From the mountains of the northern Chihuahuan desert to the flat stretches of the Permian Basin, the Trans-Pecos and Permian Basin region represents wide swaths of West Texas.
The Permian Basin is a large sedimentary basin located in western Texas and southeastern New Mexico. One of the largest oil and gas reserves in the world, the region covers more than 86,000 square miles and offers short-term economic growth to the state.
However, the current fracking and drilling activities are also destroying habitat for endangered species and threatening the long-term integrity of West Texas’ aquifer. The unique sands, coveted by the fracking industry, are home to the dunes sagebrush lizard, found only in this region of Texas and New Mexico. The lizard’s habit is increasingly threatened as more fracking occurs. While some energy companies do participate in conservation agreements to limit impact on dune habitat, most oil, gas and fracking companies are still reluctant to help guarantee the lizard’s survival in Texas.
The Trans-Pecos region hosts great desert biodiversity as the mountains cross “west of the Pecos” river into far west Texas. For example, there are five species of state protected freshwater mussels in the riverine habitat of Trans-Pecos area.
Habitat loss from oil and gas development, agriculture and urbanization are the greatest threats to this landscape. Long harmed by habitat loss from energy development, the dunes sagebrush lizard is one of the most imperiled lizards in the United States. Most of its habitat is in the Permian Basin, which produces more than 1 million barrels of oil a day, or about 20 percent of all production in the lower 48 U.S. states. The species faces a new and potentially greater threat from sand mining – used for oil and gas fracking − in its already limited habitat in Texas.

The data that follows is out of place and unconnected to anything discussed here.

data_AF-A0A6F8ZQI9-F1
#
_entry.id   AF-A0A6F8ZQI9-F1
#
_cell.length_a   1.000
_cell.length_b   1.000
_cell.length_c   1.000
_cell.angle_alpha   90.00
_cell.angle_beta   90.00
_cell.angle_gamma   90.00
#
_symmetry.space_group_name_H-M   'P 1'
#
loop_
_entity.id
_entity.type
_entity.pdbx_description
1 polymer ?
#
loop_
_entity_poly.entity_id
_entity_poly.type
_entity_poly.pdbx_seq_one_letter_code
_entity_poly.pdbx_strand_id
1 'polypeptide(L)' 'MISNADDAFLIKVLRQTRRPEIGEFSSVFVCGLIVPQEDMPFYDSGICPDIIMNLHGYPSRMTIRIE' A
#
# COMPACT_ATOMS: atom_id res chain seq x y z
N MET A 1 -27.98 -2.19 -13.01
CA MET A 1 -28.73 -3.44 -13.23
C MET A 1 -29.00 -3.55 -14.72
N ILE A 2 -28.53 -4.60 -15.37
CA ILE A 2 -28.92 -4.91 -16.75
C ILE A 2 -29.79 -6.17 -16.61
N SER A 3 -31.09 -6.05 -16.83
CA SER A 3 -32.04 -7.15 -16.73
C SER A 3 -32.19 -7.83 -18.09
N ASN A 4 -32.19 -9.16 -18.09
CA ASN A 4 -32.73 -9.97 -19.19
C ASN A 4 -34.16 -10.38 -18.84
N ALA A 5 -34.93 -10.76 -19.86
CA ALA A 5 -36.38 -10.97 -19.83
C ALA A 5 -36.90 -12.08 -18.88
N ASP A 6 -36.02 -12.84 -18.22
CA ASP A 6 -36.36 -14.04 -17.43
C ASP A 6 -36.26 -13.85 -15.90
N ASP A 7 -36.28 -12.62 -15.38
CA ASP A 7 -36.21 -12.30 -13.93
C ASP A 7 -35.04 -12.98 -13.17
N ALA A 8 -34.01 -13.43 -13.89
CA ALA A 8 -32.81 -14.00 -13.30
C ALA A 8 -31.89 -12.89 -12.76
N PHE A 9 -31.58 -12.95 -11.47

Defenders has a history of endangered species advocacy in West Texas. Defenders’ Center for Conservation Innovation and Conservation Law Department are collaborating in campaigns to protect the dunes sagebrush lizard and lesser prairie chicken in western Texas where each species is facing threats related to the alteration of their habitats.
Our work has utilized scientific and legal tools to advocate for imperiled species, including spatial analysis and species conservation reports to identify threats to species, and petitions, public comments, and litigation to compel action on their behalf. The creation of a Texas-based field office in 2018 allows us to develop a place-based outreach program focused on collaboration with those who own, lease, and work Texas lands.
Our Texas-based staff is also working to find ways to engage the energy industry, landowners and federal and state agencies for greater cooperation in species protection throughout the region to ensure a future for wild west Texas.